The multi-modal view is that transportation and recreation are not mutually exclusive activities. One consequence of the unpredicted decrease in leisure time is that more people seek to mix their activities. An hour spent biking to work or running errands on foot is an hour of exercise. Commuting, or other utilitarian trips, can become recreation instead of wasted drive time. The motives of people's trips are less important than encouraging options by providing safe and attractive facilities such a greenways. So excepting only closed circuits like running tracks, any trail becomes part of a non-motorized transportation system.
Another combination of recreation and transportation, and a perfect example of multi-modal thinking, is the concept of rails with trails. Since tracks occupy only a small part of the typically 100 to 150 foot wide right-of-way, a trail could logically fit. Fear of liability by powerful, self-insured railroads has kept the idea from wide acceptance. The new trend, however, toward public agency operation of rail commuter services and ownership of the rights-of-way is providing a new opportunity. As one example, the Los Angeles County Transportation Commission is exploring opportunities for trails-with-transit along a potentially vast system of Commission-owned rail corridors.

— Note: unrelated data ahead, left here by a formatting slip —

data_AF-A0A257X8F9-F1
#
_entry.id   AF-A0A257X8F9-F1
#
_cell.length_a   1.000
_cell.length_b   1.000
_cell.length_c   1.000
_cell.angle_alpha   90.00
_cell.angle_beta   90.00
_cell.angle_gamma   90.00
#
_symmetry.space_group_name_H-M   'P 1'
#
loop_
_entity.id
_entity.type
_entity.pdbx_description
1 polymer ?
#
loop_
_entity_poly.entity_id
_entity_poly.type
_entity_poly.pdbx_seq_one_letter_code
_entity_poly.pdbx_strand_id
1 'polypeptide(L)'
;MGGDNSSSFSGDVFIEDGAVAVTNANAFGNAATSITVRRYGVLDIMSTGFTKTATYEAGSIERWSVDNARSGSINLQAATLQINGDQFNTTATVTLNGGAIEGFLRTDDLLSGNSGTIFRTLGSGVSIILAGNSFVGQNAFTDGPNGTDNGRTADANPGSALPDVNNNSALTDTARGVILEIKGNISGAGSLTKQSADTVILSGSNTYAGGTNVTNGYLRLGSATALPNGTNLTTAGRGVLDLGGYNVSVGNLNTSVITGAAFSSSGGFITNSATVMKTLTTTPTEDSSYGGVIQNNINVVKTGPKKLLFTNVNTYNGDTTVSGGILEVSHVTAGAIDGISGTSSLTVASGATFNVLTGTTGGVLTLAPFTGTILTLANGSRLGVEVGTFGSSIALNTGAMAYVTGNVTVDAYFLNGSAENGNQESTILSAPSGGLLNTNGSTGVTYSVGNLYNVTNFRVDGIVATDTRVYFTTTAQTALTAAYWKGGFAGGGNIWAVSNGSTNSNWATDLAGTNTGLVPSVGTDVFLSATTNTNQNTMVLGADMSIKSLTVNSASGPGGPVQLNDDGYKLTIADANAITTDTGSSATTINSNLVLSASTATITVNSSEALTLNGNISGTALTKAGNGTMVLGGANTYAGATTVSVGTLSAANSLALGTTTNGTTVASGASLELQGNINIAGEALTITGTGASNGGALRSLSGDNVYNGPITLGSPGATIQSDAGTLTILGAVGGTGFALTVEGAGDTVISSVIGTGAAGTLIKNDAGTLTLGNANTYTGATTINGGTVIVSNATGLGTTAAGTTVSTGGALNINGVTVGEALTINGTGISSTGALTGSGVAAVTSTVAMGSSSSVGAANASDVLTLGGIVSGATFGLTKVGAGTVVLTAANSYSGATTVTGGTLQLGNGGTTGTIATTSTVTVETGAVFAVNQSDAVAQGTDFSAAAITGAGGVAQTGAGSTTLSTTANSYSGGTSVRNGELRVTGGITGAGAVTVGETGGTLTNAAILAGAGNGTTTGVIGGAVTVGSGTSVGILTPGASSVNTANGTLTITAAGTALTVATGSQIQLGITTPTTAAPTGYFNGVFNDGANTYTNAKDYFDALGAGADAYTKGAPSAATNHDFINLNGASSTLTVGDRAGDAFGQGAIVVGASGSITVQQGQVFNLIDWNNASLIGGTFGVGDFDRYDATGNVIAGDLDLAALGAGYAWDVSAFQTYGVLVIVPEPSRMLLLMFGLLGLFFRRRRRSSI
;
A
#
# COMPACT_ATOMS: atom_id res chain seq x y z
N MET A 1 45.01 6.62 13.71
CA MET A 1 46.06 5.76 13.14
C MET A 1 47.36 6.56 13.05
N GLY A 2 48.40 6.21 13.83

In 1992 San Diego County agencies completed designs for a multi-use trail along sections of passenger rail corridor purchased from the Santa Fe Railroad. Garbini & Garbini of San Diego was the landscape architecture firm for the project. Rick Garbini notes that "The concept is really basic; the challenge was to work with the traffic engineers to make the corridor more attractive to users." The other concern is the potential danger to bicyclists and pedestrians along the high-speed trains. There have been a number of train-bike fatalities in recent years, but the occurrences are generally at crossings. By comparison, we accept the dangers of bikes and pedestrians along major roads and rely on the symbolic 6" curb to keep vehicles away from children walking to school. Along the main stretches of the rail corridor, various kinds of grade separation, fencing, and vegetation were used to keep trail users away from the trains. A 16' width was proposed for the concrete trail with a minimum 10' of separation from the track centerline. The 80 to 100' wide right-of-way was judged to be adequate for a double-track railroad plus the bikeway.
The pleasure, and utility, of a trail is moving from place to place through a changing landscape. Integrated trails systems help us create more livable communities where the garage-door opener is not the only physical link to the outside world. Our challenge-- as well as our opportunity-- is the myriad of planning and development efforts going on simultaneously. It is not possible to pick up a greenway project as a separate strand. Trails must be woven into the complex systems of the world we are continually recreating.
Some of the ways of including trails and greenways in comprehensive plans are:
Published November 2005